Sunday January 11, 2016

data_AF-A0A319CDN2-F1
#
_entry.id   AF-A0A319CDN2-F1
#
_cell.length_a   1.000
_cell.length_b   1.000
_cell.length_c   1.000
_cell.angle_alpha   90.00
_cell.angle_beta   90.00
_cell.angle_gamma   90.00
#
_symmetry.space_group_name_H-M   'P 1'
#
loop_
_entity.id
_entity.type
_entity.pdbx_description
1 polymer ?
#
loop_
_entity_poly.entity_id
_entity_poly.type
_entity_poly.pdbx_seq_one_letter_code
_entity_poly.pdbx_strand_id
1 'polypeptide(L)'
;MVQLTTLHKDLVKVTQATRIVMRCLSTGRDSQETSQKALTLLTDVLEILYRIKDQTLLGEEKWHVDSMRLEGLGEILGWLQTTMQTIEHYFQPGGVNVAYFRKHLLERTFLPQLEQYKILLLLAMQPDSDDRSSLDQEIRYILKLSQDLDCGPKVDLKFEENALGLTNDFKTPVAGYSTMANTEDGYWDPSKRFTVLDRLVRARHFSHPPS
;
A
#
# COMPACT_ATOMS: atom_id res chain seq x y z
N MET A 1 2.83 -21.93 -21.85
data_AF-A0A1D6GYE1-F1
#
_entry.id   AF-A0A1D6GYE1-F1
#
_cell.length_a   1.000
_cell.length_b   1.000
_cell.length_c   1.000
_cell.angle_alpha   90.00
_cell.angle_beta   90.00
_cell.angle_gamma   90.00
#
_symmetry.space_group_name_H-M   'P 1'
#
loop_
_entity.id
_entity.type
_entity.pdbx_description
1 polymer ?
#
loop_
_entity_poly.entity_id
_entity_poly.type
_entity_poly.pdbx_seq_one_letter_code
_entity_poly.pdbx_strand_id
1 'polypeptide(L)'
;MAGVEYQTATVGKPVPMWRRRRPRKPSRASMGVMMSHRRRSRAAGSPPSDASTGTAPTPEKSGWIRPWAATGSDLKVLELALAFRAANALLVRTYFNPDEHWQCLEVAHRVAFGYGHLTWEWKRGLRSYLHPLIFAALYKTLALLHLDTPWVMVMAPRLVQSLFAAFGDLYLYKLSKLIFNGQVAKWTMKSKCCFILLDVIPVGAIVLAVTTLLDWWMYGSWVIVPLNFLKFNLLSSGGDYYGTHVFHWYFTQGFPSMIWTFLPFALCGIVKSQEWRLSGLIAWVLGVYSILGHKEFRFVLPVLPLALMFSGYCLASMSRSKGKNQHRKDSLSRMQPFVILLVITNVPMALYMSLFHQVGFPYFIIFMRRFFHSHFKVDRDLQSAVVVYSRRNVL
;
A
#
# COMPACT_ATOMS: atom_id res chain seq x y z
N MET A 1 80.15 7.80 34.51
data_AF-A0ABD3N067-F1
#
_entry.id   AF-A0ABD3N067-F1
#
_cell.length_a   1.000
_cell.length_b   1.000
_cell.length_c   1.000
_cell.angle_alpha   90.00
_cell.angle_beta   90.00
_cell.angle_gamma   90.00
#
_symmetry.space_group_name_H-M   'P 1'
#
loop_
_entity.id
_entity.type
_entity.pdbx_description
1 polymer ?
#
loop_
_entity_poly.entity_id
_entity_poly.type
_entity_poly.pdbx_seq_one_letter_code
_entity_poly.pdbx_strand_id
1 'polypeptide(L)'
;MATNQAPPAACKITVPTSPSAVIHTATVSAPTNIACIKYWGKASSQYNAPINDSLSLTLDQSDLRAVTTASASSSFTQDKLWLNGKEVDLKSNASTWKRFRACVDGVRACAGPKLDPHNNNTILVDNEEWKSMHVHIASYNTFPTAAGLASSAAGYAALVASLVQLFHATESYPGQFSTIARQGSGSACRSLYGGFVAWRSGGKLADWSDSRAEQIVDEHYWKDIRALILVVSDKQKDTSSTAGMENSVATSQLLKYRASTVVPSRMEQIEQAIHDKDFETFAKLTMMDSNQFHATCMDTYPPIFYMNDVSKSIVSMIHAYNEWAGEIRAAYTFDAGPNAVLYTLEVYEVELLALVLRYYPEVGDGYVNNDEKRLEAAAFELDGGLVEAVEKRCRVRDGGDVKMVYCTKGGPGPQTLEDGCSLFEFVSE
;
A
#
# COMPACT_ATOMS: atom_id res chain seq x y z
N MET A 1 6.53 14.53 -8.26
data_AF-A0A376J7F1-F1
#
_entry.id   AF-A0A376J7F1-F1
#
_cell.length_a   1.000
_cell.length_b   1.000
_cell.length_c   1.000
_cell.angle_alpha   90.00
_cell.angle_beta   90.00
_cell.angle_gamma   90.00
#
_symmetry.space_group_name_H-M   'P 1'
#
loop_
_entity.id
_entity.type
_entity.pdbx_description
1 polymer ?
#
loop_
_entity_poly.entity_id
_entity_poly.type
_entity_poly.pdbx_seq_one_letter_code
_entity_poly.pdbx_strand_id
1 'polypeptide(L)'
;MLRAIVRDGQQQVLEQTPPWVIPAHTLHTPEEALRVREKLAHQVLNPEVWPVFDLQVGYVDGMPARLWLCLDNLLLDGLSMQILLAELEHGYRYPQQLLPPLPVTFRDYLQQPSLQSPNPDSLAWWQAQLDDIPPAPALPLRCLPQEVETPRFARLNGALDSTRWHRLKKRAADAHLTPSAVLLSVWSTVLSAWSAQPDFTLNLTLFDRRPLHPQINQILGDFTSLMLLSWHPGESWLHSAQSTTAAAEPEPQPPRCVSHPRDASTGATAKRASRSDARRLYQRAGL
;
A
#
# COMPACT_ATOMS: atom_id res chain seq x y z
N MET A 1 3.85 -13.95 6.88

Jet lagged from the 10 hour time change, exhausted from the 60 hours of air travel and 4 hours of very tense driving, we jumped right to work. After a 7 AM typical Kakuma breakfast of chai mendazi – milk tea and African donuts - the 7 geophysicists and 2 person film crew split into two groups. 5 of us unpacked and checked the equipment shipped in 16 large wooden crates weighing 1400 kg. The other 4 of us packed into a 4X4 with one of the South Sudanese refugee WASH students, Michael, and traveled to approximately 30 water wells located in the Camp. These wells included a mix of hand dug boreholes, machine drilled deeper wells producing from bedrock and overburden sand aquifers, hand pump water wells, solar powered wells, wind powered wells, etc. The point of this reconnaissance was to map in the locations of as many boreholes as we could find so as we could tie our geophysical survey lines to points of known geology, water levels, water chemistry, etc. It also gave everyone an opportunity to acquaint themselves with one of the largest refugee camps in the world, the host Turkana community, working in 40 degree heat, and eating njere in the Ethiopian Market at the most notable eating establishment and coffee house of the Kakuma Refugee Camp, Franco’s.